Thanks also for those great pictures--the view from Roederer's tasting area is to Anderson Valley wine country what the view from up by Auberge du Soleil is to Napa.  (For those not wanting to pay Auberge prices, a group that includes me, Rutherford HIll winery's parking lot is just a bit to the southeast and upslope--the winery is Terlato owned and I don't love the wines, but worth it for the view.)

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Reply by outthere, Oct 14, 2013.

The Petrichor is a big meaty tannic wine. Needs time.

4/10/2012 - I WROTE: NR (Edit)

Got this bottle from Duncan Arnot-Myers when I was picking up my AR Rosé. Let it sit in the cellar for a couple months before popping. Followed over 4 days. Blend of 84% Syrah from clones 877 and 470, 16% Grenache grown in volcanic soil at 1100', 13.5% abv.
Day 1 decanted a couple hours over lunch. Real tight but hinting to its structure with big black/blue fruit, nice acid backbone and mouth drying tannins. Recorked, put in fridge and revisited on day 4.
Deep dark opaque purple. Captivating nose of violets, licorice and nutmeg. The palate is medium/full, with soft, silky blue fruit, white pepper and iron. Balanced acid, a little grapefruit pith and chalky tannins frame the finish. Nice mouthful of juice here with a bright future.

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Reply by vin0vin0, Oct 15, 2013.

OT, I'll definitely be laying down the '10 for a while but with the cooler months approaching, the '09 might be a good pairing with a beef brisket or a hearty stew this winter, but most likely will set both bottles in the back of the cellar, they will not go bad any time soon.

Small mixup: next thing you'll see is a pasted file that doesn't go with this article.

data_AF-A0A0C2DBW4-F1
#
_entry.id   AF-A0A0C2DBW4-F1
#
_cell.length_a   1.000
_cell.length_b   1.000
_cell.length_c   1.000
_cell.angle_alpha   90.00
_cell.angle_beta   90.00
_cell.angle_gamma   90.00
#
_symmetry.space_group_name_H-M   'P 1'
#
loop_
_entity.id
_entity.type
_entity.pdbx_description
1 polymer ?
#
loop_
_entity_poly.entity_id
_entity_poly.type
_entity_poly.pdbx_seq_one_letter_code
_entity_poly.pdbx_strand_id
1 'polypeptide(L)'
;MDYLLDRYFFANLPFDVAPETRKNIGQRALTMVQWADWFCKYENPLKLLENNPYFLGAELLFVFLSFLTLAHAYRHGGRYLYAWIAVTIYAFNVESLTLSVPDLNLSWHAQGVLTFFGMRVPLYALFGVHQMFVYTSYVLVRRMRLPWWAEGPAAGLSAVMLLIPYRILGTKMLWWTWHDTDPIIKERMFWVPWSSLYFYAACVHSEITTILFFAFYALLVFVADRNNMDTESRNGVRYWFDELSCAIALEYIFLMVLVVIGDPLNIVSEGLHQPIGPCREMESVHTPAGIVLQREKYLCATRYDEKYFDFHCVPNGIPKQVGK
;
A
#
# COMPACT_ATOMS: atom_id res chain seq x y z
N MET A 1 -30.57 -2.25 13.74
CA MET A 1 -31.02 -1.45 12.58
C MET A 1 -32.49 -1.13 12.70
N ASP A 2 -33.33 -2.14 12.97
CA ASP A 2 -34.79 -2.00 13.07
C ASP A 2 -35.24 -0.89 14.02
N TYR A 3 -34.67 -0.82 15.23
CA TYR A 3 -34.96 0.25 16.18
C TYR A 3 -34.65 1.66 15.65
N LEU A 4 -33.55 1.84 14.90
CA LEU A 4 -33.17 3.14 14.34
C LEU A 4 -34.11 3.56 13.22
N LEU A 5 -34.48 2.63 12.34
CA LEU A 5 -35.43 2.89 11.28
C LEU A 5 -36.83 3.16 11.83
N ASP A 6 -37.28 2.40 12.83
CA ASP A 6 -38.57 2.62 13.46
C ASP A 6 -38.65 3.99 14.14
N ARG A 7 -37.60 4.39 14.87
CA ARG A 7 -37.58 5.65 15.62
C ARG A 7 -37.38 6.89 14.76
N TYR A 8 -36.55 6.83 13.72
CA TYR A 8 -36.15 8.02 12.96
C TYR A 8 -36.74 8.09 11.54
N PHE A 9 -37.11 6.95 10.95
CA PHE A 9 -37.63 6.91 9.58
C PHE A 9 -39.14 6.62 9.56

Fox, I'm still thinking about our Goldeneye experience - we really must have been served bottles opened the day before or the glasses must not have been rinsed very well.  What we got was totally unexpected and probably not their norm.  Although I must say, the views from their back porch were very nice.

We've tasted many a fine Pinot, the most recent trip before this was to Willamette Valley where I was blown away by the Arborbrook, Sokol Blosser, Ponzi, Cristom and St. Innocent offerings. I would put all of these in the "Burgundian" style category, i.e., crisp, tongue cleansing, acidic, but extremely well balanced with bright red fruit and none of what I call, baseball card bubblegum taste.  I was expecting Oregon-like Pinots in Anderson Valley.

And I'd be remiss if I didn't acknowledge our faithful DD after our tasting at Marimar and La Follette followed by a fine dinner at Zazu in the Barlow (next time we'll make an appt to taste at Wind Gap).

 

 

 

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Reply by outthere, Oct 15, 2013.

We ate at Zazu on Friday a couple weeks a ago. It was good but the ambiance of the Roadhouse Cafe they had at their last location was killer. This visit was not as personal as they have quadrupled the size of the restaurant and it's way too modern any busy now. Way too many options for dining around here and I think the move to the Barlow dampens the experience for us. Unfortunate.